The 2008 crash, like the recessions that preceded it, concentrated economic power as large corporations used their resources and access to finance to ensure their survival. But, unlike the last century, a host of rival firms did not emerge after the recession had passed, to offer competition and new employment opportunities to workers wishing to increase their wages by changing firms. In 2016, according to the Resolution Foundation, the 100 largest British companies accounted for 23% of total turnover economy as a whole, up a quarter since 2004. While the economic crisis we are entering looks worse than 2008, worse than anything we can remember, the rise of the giant ‘business seems assured. Big governments – and this crisis makes governments bigger than ever – will welcome them, because they want the convenience of dealing with big business, not tens of thousands of small and medium-sized businesses.

Are you starting to see how popular fury might develop? Vulture capitalists rely on undervalued assets. The Chinese Communists, who censored the news of Covid-19 rather than alerting the world, profiting rather than suffering. Big business is trampling on anyone who might challenge it. This is not a recipe for social peace.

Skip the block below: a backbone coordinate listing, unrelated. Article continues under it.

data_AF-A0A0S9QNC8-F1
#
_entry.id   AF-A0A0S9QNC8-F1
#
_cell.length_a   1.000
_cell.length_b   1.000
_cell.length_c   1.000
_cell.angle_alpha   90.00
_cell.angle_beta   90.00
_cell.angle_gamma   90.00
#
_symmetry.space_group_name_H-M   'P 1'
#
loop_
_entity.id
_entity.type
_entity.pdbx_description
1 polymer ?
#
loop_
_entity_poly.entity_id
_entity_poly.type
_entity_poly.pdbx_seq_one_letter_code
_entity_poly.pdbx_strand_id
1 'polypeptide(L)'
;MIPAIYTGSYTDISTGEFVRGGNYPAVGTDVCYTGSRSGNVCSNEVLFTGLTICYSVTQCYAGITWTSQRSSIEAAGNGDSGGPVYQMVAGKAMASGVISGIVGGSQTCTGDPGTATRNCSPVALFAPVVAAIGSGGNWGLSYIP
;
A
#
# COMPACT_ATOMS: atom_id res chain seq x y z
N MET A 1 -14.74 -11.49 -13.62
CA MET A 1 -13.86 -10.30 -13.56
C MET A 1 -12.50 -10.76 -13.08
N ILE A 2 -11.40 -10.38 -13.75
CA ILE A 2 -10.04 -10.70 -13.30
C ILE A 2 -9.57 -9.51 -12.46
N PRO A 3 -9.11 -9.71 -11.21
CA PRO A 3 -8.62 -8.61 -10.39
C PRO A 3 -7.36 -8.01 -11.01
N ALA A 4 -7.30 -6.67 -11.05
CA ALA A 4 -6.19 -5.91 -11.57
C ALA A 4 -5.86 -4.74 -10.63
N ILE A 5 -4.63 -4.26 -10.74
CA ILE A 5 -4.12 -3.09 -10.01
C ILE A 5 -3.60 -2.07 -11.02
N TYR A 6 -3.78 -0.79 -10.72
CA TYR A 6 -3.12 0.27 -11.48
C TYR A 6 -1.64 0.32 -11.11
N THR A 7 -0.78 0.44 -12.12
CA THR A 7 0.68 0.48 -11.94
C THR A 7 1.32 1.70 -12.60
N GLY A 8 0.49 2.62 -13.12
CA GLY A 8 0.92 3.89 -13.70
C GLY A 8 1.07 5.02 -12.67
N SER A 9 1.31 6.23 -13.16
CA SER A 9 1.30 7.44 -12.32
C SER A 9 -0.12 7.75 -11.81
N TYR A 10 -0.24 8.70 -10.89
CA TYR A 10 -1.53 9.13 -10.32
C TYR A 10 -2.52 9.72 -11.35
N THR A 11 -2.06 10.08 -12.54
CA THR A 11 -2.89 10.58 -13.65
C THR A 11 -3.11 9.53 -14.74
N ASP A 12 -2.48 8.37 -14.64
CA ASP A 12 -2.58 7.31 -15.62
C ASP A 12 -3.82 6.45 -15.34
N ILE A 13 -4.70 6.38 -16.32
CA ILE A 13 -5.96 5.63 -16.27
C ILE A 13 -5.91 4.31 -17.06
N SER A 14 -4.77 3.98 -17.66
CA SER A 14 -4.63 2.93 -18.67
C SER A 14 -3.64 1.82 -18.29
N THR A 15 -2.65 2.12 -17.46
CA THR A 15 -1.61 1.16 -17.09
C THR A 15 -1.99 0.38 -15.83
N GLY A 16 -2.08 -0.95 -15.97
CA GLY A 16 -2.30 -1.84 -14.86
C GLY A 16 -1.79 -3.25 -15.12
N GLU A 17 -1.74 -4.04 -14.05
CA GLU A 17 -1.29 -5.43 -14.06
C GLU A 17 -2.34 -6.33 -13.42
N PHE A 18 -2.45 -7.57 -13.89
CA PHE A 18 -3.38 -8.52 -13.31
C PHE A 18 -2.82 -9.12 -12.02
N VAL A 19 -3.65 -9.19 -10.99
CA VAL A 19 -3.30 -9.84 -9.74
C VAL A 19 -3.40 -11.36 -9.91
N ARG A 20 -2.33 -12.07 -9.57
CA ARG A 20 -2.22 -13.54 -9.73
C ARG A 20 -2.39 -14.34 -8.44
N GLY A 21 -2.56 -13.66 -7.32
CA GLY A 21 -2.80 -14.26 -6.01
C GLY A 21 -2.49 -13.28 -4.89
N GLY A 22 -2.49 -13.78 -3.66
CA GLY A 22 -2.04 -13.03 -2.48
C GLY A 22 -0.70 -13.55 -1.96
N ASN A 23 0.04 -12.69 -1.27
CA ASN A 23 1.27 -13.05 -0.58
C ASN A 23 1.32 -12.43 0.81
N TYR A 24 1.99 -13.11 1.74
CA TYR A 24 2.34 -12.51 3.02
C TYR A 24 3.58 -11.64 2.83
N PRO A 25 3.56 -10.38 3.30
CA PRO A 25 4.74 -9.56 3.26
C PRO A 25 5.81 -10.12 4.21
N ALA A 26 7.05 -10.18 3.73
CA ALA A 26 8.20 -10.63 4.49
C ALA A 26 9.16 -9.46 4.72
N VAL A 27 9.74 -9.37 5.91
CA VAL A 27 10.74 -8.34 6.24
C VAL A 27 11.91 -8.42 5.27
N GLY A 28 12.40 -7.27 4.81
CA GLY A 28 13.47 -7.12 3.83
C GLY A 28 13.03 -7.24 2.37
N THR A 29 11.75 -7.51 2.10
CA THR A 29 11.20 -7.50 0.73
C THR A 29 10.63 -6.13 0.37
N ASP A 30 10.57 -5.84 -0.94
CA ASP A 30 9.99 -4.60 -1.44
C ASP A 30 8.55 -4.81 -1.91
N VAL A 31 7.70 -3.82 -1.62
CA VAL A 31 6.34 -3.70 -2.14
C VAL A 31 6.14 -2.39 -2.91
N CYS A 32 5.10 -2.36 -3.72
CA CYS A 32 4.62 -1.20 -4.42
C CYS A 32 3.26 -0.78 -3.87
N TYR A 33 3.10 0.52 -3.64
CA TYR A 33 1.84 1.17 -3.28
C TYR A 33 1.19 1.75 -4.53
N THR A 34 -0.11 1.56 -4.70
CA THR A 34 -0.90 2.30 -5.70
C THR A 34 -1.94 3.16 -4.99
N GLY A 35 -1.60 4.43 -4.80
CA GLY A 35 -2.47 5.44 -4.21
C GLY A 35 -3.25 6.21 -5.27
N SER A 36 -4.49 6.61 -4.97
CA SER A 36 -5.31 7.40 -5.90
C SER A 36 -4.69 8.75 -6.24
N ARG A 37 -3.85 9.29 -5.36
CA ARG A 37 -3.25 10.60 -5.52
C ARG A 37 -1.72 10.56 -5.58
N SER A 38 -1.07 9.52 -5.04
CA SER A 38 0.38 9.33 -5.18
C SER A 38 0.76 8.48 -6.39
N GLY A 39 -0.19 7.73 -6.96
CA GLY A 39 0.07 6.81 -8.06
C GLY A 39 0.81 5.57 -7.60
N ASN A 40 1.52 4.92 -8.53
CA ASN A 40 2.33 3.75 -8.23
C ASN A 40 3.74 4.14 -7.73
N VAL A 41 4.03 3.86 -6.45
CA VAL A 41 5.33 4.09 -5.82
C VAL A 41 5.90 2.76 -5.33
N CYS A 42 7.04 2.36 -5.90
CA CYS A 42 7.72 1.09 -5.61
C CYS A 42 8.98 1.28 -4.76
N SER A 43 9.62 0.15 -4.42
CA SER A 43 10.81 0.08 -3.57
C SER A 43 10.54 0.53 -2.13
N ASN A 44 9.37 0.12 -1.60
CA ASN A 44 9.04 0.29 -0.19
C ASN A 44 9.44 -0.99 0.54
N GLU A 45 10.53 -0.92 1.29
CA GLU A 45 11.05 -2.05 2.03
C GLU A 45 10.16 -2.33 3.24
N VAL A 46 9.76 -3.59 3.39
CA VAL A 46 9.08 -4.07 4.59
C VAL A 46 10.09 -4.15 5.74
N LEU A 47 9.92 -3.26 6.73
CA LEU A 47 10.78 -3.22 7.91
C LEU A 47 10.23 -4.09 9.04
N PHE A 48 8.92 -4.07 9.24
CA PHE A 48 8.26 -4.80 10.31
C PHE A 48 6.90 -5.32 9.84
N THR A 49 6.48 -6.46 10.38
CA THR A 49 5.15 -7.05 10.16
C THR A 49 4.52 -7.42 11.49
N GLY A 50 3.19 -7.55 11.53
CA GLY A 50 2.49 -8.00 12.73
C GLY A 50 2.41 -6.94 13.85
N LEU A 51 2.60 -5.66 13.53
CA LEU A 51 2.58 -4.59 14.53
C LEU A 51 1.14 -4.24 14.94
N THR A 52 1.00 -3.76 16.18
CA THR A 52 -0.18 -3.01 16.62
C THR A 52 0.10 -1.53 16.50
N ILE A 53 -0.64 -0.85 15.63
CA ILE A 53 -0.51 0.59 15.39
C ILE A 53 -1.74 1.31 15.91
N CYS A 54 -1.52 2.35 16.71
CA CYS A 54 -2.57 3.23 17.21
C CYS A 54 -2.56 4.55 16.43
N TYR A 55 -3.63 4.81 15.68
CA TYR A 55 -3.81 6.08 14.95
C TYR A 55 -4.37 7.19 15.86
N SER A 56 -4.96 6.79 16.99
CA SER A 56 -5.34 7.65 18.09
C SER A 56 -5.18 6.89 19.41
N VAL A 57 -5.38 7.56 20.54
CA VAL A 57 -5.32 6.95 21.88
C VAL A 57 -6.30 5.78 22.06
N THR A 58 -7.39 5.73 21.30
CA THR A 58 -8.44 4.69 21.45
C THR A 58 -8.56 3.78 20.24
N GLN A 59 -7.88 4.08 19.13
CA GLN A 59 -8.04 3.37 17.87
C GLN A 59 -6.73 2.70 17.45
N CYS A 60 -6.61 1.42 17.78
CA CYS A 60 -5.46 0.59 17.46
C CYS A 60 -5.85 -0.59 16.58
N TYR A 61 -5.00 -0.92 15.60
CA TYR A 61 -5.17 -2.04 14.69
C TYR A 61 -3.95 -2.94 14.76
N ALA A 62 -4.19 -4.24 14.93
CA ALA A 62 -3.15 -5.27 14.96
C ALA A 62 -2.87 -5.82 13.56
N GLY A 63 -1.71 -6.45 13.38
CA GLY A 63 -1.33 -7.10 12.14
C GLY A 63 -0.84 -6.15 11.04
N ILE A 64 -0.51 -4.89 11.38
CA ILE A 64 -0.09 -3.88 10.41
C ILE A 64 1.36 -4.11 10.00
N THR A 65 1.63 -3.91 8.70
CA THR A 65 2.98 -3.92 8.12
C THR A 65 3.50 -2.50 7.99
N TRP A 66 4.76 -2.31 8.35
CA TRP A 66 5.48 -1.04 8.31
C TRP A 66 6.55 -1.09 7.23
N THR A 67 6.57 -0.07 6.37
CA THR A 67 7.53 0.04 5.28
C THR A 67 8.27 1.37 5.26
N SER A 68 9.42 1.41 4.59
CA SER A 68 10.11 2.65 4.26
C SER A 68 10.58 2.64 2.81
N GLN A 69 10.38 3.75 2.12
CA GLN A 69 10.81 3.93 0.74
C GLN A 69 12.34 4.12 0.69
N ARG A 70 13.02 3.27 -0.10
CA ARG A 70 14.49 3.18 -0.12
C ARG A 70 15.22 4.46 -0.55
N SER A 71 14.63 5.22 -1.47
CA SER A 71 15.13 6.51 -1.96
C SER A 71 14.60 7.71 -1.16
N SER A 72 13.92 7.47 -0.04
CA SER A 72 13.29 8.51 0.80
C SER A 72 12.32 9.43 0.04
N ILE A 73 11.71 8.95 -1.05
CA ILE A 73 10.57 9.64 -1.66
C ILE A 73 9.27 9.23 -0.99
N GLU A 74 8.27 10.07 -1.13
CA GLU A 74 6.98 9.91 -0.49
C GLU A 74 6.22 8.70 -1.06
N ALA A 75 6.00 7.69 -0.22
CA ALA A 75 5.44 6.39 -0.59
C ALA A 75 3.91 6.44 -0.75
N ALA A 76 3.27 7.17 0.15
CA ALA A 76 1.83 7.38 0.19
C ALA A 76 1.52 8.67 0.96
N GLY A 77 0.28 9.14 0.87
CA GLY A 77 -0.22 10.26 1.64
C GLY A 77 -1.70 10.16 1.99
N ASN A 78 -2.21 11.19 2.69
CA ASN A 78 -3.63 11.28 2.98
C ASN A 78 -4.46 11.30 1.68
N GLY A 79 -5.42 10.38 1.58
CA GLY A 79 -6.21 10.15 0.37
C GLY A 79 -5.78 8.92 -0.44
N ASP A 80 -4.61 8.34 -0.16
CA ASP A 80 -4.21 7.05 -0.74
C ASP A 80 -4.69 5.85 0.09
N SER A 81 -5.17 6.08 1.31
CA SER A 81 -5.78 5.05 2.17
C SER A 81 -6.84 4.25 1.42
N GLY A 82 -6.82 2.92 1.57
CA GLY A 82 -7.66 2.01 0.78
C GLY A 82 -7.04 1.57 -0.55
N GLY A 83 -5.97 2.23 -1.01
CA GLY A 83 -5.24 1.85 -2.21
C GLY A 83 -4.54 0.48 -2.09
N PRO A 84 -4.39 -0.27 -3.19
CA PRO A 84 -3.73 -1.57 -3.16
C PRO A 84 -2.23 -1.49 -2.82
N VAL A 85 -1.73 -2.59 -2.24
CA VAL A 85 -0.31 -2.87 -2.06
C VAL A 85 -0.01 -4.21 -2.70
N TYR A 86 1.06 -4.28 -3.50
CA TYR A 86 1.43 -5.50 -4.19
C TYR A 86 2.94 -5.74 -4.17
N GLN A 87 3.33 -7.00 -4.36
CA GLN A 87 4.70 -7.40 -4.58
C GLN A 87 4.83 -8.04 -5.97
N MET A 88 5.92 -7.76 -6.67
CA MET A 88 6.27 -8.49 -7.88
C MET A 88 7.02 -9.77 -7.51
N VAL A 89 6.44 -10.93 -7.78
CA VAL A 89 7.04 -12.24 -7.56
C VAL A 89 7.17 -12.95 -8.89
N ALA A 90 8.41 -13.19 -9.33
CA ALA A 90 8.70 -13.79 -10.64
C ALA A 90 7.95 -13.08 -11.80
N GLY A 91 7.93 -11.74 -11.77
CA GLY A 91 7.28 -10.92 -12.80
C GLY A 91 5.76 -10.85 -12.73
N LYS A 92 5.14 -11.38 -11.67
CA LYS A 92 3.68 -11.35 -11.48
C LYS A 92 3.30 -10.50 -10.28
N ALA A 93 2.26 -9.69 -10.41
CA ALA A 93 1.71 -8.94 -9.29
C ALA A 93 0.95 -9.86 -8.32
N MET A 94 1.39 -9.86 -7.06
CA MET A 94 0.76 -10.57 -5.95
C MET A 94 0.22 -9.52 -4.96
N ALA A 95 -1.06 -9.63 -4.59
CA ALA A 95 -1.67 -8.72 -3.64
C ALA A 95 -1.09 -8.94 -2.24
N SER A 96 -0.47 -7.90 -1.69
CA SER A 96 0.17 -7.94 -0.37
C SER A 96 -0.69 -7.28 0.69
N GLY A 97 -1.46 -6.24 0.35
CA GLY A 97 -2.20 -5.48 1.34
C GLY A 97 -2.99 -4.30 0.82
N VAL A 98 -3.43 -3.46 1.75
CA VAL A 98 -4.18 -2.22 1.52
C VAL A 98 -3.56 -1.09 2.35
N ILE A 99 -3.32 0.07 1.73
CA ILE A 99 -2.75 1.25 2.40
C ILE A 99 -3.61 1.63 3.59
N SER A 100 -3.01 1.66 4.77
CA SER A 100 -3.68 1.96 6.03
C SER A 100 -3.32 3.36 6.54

Superficially, the 2020 crisis is nothing like the 2007-08 financial crisis, and not just because it threatens to bring an incomparably higher level of impoverishment. Then there were evil humans: captured bankers and regulators who smashed the financial system, northern Europeans who congratulated themselves on letting southern Europe collapse. Now there is only an invisible infectious agent that just wants to replicate. However, the similarities remain striking. Gordon Brown and Alistair Darling, like Western leaders, were not interested in jailing bankers or having them refund their bonuses. Their only concern was to stop the collapse of the banking system. The morality of the bailout could wait – forever, as it turned out. Across the West, the public reaction has been the same. Democracy was a racket. Taxpayers have had to save the richest people in the world, then endure years of stagnant wages and cut utilities to meet the bill. If you need a one-line explanation of populism, this is the best there is.